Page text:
Brain injury can leave an individual with a number of persistent impairments that interfere with finding and keeping a job. These problems may be cognitive (difficulties with attention, memory, communication, reasoning, and problem-solving), physical (weakness or lack of coordination in arms or legs, impaired vision, fatigue, sleep problems), emotional (vulnerability to depression, difficulty controlling anger or anxiety), or behavioral (being impulsive).
After sustaining a brain injury, an individual may experience difficulty performing his or her job safely, or in the same manner. Some may find they need to find other employment, while others can request adaptations in their workplace to accommodate their new needs.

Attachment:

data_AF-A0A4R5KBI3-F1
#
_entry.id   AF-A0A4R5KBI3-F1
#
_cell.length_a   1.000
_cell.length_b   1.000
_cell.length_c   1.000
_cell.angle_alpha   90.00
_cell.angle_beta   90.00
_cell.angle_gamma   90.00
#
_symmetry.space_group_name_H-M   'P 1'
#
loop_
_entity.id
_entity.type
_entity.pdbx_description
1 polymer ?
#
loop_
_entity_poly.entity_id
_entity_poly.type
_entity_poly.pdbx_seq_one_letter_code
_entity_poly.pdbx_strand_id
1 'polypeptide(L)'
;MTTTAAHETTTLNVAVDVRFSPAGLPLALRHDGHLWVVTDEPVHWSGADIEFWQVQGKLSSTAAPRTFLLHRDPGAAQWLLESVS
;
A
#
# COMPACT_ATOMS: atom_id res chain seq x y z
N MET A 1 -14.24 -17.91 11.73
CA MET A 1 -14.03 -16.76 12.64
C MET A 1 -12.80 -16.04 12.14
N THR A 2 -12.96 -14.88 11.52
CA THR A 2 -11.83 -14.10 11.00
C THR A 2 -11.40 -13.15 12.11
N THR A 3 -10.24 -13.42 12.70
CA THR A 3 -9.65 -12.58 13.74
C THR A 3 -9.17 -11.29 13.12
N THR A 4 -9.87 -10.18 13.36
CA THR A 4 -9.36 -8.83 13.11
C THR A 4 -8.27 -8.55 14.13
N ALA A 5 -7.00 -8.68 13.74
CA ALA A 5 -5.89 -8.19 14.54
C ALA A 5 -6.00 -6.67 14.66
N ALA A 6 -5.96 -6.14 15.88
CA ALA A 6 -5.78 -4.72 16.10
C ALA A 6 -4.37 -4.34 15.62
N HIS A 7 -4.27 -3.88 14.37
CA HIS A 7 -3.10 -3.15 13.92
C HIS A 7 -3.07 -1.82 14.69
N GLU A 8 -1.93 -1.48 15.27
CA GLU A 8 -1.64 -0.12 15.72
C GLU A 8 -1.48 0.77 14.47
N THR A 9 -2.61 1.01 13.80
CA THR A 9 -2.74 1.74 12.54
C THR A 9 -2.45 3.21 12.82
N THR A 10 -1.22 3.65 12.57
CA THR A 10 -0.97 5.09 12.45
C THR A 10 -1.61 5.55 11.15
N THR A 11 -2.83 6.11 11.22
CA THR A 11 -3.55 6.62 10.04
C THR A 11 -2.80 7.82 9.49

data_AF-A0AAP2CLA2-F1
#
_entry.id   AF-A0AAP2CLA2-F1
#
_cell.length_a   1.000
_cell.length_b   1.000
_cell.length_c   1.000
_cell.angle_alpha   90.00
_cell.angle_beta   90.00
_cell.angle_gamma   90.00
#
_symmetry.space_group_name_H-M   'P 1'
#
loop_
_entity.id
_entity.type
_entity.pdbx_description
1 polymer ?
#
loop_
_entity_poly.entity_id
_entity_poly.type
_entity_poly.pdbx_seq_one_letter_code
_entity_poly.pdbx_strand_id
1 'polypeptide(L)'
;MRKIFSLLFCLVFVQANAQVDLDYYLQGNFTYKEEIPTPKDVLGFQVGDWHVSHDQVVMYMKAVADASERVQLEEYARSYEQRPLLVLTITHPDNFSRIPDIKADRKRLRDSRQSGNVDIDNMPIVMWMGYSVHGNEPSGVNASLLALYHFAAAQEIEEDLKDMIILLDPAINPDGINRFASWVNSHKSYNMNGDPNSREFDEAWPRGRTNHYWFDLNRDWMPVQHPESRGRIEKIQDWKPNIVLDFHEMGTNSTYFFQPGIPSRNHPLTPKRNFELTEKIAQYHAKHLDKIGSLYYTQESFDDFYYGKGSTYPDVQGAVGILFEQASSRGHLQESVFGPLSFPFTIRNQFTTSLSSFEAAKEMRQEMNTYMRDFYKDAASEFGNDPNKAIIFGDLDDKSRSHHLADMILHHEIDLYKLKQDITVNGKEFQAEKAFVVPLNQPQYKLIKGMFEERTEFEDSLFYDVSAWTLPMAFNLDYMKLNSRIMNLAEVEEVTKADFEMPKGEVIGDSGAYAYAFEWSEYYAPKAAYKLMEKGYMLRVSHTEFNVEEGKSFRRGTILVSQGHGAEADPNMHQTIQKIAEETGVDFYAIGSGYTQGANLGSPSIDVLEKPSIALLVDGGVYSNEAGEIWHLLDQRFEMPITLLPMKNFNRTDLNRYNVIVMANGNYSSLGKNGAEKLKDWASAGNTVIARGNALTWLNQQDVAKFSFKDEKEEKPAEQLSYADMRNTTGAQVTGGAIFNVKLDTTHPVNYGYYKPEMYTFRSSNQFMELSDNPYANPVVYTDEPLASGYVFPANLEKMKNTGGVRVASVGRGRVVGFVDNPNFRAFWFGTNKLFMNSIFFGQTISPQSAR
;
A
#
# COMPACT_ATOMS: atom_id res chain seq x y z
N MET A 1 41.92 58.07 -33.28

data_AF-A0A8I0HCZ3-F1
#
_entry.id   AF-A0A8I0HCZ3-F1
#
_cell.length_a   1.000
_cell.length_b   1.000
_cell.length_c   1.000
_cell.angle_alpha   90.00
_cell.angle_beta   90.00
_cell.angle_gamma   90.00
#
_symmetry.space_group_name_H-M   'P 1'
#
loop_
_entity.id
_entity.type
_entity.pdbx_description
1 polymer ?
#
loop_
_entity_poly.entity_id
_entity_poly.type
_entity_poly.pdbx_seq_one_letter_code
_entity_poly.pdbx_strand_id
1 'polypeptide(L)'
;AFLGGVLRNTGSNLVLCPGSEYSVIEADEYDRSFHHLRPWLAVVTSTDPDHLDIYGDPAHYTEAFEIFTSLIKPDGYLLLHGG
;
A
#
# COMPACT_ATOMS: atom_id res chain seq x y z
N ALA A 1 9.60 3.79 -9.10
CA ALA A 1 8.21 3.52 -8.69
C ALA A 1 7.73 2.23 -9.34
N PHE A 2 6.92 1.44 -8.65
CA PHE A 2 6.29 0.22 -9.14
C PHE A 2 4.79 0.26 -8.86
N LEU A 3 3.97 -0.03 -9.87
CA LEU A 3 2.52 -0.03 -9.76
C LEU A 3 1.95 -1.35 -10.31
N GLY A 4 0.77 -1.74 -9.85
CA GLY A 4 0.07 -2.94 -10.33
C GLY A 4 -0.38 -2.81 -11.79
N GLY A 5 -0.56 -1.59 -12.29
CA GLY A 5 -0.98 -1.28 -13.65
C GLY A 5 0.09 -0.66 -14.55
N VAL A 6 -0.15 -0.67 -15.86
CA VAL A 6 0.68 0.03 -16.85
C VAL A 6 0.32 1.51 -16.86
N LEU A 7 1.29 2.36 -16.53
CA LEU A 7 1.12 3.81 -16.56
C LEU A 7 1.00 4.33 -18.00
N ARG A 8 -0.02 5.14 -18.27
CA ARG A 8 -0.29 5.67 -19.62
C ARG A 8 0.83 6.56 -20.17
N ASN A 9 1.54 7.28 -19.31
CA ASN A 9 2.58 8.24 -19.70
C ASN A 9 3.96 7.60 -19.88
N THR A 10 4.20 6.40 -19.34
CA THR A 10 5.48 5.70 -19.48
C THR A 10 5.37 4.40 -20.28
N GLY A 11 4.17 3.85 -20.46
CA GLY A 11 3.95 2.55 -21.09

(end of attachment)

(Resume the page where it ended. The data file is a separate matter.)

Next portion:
Deciding to Return to Work
Having a conversation with your employer, supervisor, or human resources department is a good opportunity to discuss your options and needs once you go back to your job. Below are some suggestions and things to keep in mind for the discussion:
- Returning to work gradually; for example, starting at three mornings a week or even working from home for a period of time
- Returning with shorter hours
- Taking more breaks throughout the day
- Returning with less workload
- Taking on a different role
Once you return to work, it is important to communicate with your employer regularly to decide if the adaptations are working to both parties’ benefit, or if further changes are necessary.